Peter Nobel, Was heisst „Internationale Standards“?, SZW 2015, p. 556-561.
In this essay, Prof. Dr. Peter Nobel examines the fundaments of standards and their main fields of application, as well as their implementation into positive national law. He also investigates issues of jurisprudential reception, and he concludes by addressing the meaning of standards and providing an outlook for their future development.
With regard to the fundaments of standards, Prof. Nobel delves into their essence whilst also exploring their etymology. With the increasing globalization in financial markets, standards have gained importance. It is noted early on that standards are of an advisory nature only and qualify as soft law.
Thereafter, Prof. Nobel discusses the main fields of application of standards and observes how these are particularly significant in corporate law, mostly in financial accounting (that is with respect to, inter alia, IFRS, IASC, IASB, US GAAP or GAAP FER). Equally important in corporate law are the OECD’s Principles of Corporate Governance, which aim at improving the legal and institutional framework of corporate management and corporate supervision. Since standards play an important role in financial markets law as well, a great number of international standards exist. The Financial Stability Board (FSB) is entrusted with the classification and systematization of standards.
The author enumerates several standards that have been taken over by national accounting law, and he draws attention to the references in existing financial market law. The new Swiss financial markets legislation, consisting of the Financial Market Infrastructure Act (FMIA), the Financial Institutions Act (FinIA) and the Federal Financial Services Act (FinSA) will mark the peak of the implementation of standards into positive national law.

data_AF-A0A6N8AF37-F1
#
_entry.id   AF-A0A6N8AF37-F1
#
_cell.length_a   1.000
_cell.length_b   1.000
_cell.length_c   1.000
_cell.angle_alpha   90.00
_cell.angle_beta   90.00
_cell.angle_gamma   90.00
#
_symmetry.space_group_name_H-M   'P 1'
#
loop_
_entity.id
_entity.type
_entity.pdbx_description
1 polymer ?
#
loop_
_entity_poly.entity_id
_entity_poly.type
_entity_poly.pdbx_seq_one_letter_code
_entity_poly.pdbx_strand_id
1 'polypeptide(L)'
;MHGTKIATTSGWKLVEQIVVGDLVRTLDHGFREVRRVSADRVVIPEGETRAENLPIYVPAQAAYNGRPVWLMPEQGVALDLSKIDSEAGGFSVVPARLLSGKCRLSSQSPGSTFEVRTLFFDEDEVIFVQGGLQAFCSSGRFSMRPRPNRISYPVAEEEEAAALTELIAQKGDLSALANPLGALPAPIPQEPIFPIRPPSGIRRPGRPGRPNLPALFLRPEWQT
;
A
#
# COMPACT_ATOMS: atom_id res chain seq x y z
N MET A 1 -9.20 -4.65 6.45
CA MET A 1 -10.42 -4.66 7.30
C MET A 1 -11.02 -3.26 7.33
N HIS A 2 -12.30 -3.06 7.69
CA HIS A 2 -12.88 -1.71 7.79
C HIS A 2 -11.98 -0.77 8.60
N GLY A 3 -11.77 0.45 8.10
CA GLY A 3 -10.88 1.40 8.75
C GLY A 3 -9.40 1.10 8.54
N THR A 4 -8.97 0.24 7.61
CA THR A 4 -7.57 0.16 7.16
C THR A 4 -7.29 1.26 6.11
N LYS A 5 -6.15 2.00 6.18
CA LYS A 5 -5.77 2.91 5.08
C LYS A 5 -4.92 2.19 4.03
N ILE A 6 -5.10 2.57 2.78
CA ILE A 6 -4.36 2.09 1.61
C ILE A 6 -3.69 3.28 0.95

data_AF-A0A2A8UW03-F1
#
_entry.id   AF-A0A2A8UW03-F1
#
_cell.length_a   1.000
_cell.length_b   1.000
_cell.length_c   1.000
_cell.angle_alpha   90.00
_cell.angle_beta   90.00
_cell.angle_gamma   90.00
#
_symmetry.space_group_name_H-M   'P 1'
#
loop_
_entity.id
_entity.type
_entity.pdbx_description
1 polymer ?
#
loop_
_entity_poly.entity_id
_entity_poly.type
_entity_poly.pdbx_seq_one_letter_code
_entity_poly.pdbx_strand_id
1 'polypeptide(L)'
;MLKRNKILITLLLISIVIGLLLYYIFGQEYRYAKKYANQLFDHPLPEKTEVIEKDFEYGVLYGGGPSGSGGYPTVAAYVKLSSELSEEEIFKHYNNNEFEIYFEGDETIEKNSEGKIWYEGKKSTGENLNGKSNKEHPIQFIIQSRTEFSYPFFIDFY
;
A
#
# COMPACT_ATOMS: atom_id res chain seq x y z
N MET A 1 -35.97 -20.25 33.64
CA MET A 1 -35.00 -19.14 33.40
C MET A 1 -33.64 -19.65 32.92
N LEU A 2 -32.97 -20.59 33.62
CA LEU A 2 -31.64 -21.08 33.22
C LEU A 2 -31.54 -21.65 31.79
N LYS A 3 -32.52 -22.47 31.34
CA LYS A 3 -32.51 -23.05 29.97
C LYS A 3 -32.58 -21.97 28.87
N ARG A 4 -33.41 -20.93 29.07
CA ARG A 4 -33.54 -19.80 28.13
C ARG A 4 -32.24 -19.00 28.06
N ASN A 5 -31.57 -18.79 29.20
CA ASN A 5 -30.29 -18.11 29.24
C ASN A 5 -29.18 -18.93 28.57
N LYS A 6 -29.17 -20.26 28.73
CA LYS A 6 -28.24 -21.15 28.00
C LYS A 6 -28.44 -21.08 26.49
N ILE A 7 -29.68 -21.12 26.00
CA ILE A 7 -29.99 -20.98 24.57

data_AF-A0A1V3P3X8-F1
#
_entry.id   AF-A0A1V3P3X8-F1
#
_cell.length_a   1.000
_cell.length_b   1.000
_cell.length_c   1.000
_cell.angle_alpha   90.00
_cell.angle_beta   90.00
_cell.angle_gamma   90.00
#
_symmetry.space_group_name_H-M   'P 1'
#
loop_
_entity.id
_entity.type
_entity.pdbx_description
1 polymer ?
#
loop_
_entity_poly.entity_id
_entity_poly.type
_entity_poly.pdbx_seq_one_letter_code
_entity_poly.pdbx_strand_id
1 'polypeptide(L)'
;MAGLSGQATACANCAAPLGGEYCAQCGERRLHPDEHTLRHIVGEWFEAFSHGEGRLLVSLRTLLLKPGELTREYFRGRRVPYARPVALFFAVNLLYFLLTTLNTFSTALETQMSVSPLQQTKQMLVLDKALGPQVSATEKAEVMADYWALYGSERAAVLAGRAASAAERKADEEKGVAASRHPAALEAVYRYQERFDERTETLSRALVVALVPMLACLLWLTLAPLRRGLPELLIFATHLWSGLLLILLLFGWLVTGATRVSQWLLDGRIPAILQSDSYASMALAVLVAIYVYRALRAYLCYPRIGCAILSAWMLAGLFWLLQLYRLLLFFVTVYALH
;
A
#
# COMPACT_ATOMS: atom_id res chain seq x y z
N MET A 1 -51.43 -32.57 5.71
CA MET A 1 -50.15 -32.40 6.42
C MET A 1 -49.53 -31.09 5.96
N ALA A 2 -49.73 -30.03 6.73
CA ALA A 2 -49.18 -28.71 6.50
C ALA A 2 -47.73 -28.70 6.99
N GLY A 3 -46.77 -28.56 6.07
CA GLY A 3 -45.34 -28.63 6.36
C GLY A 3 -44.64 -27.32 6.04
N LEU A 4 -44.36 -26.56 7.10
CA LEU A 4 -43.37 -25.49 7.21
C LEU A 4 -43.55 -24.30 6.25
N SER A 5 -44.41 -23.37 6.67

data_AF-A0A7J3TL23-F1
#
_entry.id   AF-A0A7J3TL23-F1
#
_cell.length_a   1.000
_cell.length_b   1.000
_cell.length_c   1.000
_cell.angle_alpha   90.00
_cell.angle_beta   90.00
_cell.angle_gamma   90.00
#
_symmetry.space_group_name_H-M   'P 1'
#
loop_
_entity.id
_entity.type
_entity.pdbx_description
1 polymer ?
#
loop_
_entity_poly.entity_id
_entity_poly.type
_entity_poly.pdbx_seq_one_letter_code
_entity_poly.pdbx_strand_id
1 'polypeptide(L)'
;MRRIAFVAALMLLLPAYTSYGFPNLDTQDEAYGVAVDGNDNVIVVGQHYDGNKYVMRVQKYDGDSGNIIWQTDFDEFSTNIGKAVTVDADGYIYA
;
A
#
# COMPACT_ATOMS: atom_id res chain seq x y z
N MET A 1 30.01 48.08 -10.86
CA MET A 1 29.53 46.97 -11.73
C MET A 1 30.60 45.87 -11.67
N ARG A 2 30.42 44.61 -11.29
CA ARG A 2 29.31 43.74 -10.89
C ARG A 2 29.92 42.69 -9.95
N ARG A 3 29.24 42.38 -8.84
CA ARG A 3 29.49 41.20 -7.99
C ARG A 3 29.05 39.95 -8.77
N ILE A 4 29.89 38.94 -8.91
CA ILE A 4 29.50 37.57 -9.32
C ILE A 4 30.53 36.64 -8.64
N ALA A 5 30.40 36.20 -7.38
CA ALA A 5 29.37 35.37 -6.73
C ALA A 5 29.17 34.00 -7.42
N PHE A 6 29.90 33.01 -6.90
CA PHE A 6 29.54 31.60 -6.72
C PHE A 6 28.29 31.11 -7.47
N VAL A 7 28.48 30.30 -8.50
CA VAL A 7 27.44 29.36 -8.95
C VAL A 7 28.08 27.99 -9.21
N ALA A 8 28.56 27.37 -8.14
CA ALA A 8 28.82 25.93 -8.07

It is contended that, as a general rule, the necessity for a standard arises when there are no binding rules in place in a specific field or, if such rules are in place, they are worded in such general terms that they need concretion. Thus, international standards are often a form of pre-state law, which obtains a binding character through a process of transformation into a national or international public law norm.
The democratic legitimation of standards is criticized by the author, since the latter are triggered not only by market related, but also by power-political factors. Whoever doesn’t comply with such standards incurs the risk of being discriminated against. Additionally, there is no centralized authority responsible for the implementation of standards.
Prof. Nobel welcomes standards, although he is well aware of the fact that they raise considerable concerns in the law. He is of the opinion that in a world of international standards, the unilateral initiatives of national regulators would be largely played off.
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